Chances are, teenager Michelle Carter wasn’t thinking about what might happen to her when she texted her boyfriend Conrad Roy as he was in the process of ending his life. Whether these texts were heartless or compassionate is up to interpretation, but to Massachusetts authorities it was clear that Michelle encouraged Conrad to go through with his plan. And nearly three years later she was convicted of involuntary manslaughter.
Things might have been different if Michelle’s parents had been able to intervene. But if they’re like most parents, they probably weren’t aware of how their daughter was communicating. It’s not unusual for a large divide to exist between kids and their parents; what’s changed in recent years is that many parents have no idea what their kids are doing on social media.
It’s important to help your kids be wise in their use of social media. Here are some key points to discuss with them:
1. Your digital communication can come back to haunt you. Many kids don’t realize how the words and photos they post online live on and can lead to consequences down the road. With apps like Snapchat that show text and photos momentarily before they disappear, they may get a false sense of security. Whatever the motives or emotions at the time of posting, tweets and text messages and Facebook posts can take on a different meaning if they fall into the hands of someone other than the original recipient.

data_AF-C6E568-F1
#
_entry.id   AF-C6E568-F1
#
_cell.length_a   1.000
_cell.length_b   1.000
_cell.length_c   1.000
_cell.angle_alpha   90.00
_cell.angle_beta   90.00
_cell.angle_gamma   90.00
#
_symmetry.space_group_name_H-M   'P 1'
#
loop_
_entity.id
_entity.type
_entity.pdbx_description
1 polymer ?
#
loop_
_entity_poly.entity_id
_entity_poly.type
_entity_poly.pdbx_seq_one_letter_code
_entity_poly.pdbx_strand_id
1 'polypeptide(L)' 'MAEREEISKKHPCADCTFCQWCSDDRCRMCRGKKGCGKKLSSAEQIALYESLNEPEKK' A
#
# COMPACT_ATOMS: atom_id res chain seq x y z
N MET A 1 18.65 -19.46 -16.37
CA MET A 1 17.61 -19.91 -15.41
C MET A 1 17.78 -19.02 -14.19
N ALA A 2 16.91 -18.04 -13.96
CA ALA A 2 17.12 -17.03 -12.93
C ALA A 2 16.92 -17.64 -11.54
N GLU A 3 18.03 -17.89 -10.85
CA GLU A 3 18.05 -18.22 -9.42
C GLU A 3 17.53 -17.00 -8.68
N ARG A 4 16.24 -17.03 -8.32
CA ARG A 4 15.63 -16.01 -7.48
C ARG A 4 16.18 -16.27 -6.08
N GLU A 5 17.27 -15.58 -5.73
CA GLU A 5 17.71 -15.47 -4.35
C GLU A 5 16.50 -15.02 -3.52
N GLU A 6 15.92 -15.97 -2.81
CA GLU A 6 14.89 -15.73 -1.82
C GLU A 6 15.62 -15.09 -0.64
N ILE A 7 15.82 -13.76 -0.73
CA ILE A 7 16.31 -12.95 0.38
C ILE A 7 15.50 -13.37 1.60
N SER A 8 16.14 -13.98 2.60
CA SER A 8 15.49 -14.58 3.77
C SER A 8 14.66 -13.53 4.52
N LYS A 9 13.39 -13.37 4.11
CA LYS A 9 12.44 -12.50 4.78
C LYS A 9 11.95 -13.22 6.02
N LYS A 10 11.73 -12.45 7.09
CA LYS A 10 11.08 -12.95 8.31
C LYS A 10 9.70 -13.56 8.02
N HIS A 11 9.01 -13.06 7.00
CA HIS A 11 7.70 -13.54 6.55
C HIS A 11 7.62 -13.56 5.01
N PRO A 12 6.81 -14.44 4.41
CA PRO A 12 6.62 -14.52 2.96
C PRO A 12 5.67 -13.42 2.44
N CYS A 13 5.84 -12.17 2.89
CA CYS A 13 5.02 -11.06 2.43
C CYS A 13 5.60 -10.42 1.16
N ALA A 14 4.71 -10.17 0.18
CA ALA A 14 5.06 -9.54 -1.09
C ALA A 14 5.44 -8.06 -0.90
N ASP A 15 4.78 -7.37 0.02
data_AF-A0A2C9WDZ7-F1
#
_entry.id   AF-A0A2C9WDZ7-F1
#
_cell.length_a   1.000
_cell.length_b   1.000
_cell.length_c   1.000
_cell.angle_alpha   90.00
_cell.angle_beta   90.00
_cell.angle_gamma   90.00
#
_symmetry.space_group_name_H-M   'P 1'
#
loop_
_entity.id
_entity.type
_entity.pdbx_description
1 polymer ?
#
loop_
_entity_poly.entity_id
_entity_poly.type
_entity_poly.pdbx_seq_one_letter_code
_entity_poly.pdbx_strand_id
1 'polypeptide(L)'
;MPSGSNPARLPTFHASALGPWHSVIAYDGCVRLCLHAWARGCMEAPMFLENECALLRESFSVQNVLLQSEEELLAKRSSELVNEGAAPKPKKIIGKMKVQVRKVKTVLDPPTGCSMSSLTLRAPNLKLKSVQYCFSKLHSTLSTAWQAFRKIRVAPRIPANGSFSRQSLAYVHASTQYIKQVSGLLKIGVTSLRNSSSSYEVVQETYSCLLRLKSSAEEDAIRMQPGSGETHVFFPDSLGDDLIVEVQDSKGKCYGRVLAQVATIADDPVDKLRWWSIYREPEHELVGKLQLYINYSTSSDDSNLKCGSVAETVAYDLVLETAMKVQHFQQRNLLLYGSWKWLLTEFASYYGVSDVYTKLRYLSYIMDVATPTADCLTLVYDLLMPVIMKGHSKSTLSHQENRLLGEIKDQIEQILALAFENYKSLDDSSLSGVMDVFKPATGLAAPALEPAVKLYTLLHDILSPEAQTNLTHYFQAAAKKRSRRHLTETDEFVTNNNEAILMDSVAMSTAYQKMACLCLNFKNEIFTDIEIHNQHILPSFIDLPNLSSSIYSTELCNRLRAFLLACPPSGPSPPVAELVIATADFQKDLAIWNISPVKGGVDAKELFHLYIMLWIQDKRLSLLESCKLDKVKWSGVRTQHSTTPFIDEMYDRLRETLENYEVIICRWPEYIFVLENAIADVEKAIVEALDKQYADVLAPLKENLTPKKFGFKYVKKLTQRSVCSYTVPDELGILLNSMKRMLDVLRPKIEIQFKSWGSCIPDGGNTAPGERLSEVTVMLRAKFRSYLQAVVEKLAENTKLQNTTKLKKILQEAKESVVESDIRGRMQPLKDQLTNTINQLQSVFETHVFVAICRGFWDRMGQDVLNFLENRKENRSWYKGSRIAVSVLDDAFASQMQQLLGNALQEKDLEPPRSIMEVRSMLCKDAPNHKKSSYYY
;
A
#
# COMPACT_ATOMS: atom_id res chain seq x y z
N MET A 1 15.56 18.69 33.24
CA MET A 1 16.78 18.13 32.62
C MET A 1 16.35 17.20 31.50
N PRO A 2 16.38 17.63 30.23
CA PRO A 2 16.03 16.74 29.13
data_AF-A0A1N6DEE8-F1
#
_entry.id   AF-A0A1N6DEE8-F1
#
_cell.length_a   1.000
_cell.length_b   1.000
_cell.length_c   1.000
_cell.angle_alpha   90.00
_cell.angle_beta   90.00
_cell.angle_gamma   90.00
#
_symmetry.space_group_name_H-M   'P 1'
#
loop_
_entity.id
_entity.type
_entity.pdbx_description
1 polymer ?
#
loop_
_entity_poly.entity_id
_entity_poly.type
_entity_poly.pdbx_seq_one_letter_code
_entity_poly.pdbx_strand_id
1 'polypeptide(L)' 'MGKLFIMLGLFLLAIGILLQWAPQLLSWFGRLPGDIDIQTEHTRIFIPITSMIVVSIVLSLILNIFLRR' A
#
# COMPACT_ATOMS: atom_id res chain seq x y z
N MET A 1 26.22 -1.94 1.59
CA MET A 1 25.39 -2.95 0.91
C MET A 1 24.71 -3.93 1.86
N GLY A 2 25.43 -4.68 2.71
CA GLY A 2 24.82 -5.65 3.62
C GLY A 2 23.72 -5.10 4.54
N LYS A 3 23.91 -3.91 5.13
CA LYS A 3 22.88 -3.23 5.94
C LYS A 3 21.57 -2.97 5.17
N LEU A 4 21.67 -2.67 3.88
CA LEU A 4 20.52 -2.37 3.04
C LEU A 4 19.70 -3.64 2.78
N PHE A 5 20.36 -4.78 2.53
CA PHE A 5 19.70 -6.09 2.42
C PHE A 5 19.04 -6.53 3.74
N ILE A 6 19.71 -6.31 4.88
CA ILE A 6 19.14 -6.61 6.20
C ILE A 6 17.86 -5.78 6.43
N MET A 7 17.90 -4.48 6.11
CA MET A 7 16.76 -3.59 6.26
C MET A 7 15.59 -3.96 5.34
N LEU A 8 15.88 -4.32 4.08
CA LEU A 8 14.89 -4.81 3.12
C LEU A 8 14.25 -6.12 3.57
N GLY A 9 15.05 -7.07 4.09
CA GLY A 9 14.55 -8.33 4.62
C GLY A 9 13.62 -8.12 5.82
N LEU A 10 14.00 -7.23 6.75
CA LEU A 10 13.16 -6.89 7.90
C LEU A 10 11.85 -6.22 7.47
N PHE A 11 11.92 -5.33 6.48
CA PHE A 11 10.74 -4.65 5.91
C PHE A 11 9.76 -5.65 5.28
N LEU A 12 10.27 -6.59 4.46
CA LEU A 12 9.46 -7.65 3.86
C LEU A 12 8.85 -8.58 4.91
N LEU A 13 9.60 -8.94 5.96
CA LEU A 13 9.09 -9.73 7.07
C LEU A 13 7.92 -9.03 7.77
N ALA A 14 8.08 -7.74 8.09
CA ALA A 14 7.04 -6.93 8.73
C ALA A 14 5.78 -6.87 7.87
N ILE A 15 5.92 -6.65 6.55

Colleges and employers routinely search an applicant’s social media footprint when making decisions about enrollment or employment. Businesses also may monitor the digital communication of their current employees. I know a teen who, this month, had a bad day at work and decided to gripe about her employer on a message board. She didn’t know that the business owner was also on the board, and she lost her job because they felt she was stirring up dissent among other employees.
2. Online privacy is a myth. Anything you say or do on a laptop, tablet, or smartphone is vulnerable. In 2014, Miss Teen USA Cassidy Wolf found out that a high school classmate had hacked into the camera of the laptop that she kept in her bedroom and was watching her every move for a year.
It’s not just strangers who pose a problem. In the fickle world of adolescence, today’s friends can be tomorrow’s foes. How many news stories have we seen through the years about emails or photos that were first shared privately, only to be used to humiliate the sender when a relationship goes sour? Even text and photos your kids send through Snapchat can be screenshotted before they disappear and used against them.